Posted: July 21, 2017
by Kimberly Houghton, Union Leader
MERRIMACK — School officials are considering a proposed partnership with Manchester Community College that would offer a unique automotive program for local high school students.
Without the partnership, the current automotive classes at Merrimack High School will no longer take place, in part because of the resignation of an automotive instructor.
Administrators have been working with representatives from Manchester Community College to create a proposed early college automotive program that would initially be offered to juniors and seniors.
“They would really get the full college experience,” Megan Conn, acting associate vice-president of academic affairs at Manchester Community College, told the school board this week.
Under the proposal, the district would pay about $17,000 for 10 students to participate in the program, or about $35,000 for 20 students to enroll. The first class, a maintenance and light repair course, would cover similar material typically taught throughout a two-year high school vocational program, however students would obtain a half-credit toward college and complete the work in a fraction of the time.
“This is a real shop experience that these students are getting,” said Todd Mikonis, an automotive professor at Manchester Community College.
Two classes a week will be offered from 12:45 p.m. to 5 p.m. from August to December, and students would take the bus from the high school to the college where they can take advantage of the school’s modern automotive equipment and advanced tools, said Conn.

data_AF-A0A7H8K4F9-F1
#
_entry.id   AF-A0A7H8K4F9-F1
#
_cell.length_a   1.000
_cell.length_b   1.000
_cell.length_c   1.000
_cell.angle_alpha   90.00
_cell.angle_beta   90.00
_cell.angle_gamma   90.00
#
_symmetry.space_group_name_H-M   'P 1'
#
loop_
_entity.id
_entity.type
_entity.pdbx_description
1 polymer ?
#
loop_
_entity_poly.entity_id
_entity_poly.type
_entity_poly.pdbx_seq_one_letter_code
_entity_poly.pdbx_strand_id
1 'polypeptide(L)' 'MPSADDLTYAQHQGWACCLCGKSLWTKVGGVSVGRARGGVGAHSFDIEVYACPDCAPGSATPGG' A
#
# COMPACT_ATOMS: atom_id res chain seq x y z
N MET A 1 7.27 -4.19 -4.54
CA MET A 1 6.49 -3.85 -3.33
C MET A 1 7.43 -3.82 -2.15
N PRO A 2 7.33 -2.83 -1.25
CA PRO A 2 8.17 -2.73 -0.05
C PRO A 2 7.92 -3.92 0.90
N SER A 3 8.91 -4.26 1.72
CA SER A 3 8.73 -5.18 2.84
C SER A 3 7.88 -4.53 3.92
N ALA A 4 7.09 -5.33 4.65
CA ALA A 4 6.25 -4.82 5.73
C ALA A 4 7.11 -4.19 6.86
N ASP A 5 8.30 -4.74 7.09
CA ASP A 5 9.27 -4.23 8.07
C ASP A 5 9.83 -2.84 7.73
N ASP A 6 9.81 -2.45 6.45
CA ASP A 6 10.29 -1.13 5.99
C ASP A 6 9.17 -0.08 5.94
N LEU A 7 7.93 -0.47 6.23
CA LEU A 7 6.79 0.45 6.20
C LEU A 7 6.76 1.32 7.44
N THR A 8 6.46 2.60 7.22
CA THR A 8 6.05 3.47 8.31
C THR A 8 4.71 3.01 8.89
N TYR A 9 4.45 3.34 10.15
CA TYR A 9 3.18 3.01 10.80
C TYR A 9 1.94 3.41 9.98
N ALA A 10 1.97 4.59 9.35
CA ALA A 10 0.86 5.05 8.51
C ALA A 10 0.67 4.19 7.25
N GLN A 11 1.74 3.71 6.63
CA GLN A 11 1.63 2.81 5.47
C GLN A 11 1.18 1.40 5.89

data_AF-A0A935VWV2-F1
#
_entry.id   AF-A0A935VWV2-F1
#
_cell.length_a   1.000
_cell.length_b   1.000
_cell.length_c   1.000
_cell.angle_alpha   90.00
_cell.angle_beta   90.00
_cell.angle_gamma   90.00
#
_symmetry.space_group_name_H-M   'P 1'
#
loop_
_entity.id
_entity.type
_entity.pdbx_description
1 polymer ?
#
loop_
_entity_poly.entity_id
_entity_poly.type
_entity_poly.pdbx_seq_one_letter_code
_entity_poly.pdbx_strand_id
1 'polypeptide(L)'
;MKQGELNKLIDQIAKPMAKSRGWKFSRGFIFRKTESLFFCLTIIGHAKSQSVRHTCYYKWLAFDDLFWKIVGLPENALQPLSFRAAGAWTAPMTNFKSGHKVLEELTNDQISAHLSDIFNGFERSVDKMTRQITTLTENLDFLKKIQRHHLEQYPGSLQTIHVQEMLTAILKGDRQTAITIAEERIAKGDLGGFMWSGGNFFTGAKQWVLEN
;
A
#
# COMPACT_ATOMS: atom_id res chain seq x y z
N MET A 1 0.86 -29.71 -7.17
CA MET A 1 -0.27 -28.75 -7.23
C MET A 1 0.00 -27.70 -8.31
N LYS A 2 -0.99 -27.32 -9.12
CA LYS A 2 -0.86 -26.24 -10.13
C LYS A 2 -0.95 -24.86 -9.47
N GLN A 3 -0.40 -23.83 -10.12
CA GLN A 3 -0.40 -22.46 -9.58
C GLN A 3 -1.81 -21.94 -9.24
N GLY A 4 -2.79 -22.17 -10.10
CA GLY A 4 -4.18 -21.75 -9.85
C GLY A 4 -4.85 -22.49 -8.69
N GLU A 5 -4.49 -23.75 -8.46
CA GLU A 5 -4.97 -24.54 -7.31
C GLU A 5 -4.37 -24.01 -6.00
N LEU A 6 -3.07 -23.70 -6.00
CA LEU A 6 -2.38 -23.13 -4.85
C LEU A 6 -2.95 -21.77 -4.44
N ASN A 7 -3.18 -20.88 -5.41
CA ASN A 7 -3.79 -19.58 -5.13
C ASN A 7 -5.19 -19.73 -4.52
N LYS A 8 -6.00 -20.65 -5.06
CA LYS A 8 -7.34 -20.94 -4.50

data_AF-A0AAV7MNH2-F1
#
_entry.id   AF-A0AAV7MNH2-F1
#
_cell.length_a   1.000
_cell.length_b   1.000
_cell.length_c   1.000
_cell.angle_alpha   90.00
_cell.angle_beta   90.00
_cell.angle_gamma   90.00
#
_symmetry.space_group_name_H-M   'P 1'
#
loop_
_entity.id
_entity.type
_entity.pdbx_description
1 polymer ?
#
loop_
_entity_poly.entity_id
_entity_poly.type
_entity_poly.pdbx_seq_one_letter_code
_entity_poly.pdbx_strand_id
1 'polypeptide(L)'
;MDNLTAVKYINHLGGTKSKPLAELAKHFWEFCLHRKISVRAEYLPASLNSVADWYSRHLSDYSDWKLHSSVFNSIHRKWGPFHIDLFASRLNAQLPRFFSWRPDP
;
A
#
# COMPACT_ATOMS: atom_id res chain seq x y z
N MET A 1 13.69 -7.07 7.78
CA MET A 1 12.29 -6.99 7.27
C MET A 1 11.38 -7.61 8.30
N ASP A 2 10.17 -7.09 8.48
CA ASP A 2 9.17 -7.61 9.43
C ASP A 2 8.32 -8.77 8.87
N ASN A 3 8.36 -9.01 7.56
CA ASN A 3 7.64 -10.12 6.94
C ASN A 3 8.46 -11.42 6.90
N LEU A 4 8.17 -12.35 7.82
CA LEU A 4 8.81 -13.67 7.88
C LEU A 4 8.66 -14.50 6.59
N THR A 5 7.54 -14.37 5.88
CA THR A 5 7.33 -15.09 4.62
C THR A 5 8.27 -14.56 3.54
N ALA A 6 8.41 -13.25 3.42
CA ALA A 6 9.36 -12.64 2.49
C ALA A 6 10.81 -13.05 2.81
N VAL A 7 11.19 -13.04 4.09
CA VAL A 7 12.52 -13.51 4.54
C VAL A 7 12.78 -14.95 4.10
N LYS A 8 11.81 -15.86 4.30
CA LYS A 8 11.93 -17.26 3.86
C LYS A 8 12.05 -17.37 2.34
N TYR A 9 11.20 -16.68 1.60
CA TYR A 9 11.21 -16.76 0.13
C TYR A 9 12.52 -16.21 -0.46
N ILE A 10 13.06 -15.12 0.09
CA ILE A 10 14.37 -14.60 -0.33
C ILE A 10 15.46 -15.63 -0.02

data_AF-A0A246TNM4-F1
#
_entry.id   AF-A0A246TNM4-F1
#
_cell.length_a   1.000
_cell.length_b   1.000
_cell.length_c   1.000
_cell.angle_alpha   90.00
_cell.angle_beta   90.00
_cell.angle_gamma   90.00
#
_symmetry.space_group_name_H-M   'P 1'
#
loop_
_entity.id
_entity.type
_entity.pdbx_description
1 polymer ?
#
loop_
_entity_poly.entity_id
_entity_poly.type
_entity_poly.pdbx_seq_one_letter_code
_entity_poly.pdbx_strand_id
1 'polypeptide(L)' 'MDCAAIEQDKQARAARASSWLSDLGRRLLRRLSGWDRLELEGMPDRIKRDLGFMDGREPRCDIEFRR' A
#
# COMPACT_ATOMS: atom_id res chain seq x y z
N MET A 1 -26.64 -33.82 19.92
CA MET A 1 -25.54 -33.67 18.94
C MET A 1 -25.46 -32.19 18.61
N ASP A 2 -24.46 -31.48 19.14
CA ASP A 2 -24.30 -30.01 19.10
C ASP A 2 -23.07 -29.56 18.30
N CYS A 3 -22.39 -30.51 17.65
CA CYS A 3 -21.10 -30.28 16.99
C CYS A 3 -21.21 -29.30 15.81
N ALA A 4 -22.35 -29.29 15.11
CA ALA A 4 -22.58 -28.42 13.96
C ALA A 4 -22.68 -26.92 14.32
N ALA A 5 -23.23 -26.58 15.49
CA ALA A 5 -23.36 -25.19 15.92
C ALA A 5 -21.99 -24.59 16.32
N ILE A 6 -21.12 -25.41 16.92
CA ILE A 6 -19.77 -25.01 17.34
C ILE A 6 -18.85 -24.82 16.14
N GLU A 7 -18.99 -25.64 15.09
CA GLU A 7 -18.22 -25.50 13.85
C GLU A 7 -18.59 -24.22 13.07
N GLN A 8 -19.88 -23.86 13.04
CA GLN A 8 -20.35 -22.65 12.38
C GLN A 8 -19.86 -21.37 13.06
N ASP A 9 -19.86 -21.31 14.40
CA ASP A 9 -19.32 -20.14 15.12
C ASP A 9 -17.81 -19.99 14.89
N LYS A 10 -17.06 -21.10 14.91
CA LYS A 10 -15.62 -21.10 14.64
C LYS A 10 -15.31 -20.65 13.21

The class, offered at a reduced tuition rate, would be paid for by the school district, according to the proposal.
“This is a very good industry, and we are really looking for people,” explained Mikonis, adding students who complete the course will be considered D-level technicians who will be able to enter the workforce in their field of interest.
Several local families toured the automotive department at Manchester Community College last week to help determine whether their children would be interested in participating in the proposed program.
Some students have already expressed interest in enrolling in the course, said Assistant Superintendent Mark McLaughlin. If the program is adopted and it is successful, there is the possibility of including sophomores, he said, stressing that idea is still premature.
Initially, however, the program is being recommended for juniors and seniors who are 16 years old, have a valid driver’s license and have a clean driving record.
“I think it sounds like a really great solution,” said Cinda Guagliumi, school board member. Guagliumi said the automotive program at the high school has been a part of the core curriculum for many years, adding the partnership with Manchester Community College seems like a promising way to continue and expand the program for students interested in the automotive field.